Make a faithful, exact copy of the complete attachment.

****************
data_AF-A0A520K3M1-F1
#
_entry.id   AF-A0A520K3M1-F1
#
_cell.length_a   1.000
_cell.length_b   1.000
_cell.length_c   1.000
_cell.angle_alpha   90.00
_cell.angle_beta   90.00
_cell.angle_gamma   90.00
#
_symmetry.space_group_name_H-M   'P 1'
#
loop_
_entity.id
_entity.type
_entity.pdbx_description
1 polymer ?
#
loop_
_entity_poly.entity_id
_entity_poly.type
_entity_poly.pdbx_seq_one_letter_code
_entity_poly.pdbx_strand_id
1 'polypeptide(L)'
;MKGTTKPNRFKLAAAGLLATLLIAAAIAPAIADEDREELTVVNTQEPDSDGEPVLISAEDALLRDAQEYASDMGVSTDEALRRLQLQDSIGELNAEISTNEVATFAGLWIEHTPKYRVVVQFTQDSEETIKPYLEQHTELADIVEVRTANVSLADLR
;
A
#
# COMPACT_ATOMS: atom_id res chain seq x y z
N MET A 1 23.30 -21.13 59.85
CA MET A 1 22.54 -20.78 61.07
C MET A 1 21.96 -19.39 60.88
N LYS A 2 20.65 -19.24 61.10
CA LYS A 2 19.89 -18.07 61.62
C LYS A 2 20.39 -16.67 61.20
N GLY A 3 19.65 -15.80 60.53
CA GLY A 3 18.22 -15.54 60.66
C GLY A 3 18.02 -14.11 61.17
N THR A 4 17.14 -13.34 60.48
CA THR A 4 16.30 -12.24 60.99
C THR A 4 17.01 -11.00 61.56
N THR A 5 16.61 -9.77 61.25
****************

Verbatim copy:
data_AF-A0A520K3M1-F1
#
_entry.id   AF-A0A520K3M1-F1
#
_cell.length_a   1.000
_cell.length_b   1.000
_cell.length_c   1.000
_cell.angle_alpha   90.00
_cell.angle_beta   90.00
_cell.angle_gamma   90.00
#
_symmetry.space_group_name_H-M   'P 1'
#
loop_
_entity.id
_entity.type
_entity.pdbx_description
1 polymer ?
#
loop_
_entity_poly.entity_id
_entity_poly.type
_entity_poly.pdbx_seq_one_letter_code
_entity_poly.pdbx_strand_id
1 'polypeptide(L)'
;MKGTTKPNRFKLAAAGLLATLLIAAAIAPAIADEDREELTVVNTQEPDSDGEPVLISAEDALLRDAQEYASDMGVSTDEALRRLQLQDSIGELNAEISTNEVATFAGLWIEHTPKYRVVVQFTQDSEETIKPYLEQHTELADIVEVRTANVSLADLR
;
A
#
# COMPACT_ATOMS: atom_id res chain seq x y z
N MET A 1 23.30 -21.13 59.85
CA MET A 1 22.54 -20.78 61.07
C MET A 1 21.96 -19.39 60.88
N LYS A 2 20.65 -19.24 61.10
CA LYS A 2 19.89 -18.07 61.62
C LYS A 2 20.39 -16.67 61.20
N GLY A 3 19.65 -15.80 60.53
CA GLY A 3 18.22 -15.54 60.66
C GLY A 3 18.02 -14.11 61.17
N THR A 4 17.14 -13.34 60.48
CA THR A 4 16.30 -12.24 60.99
C THR A 4 17.01 -11.00 61.56
N THR A 5 16.61 -9.77 61.25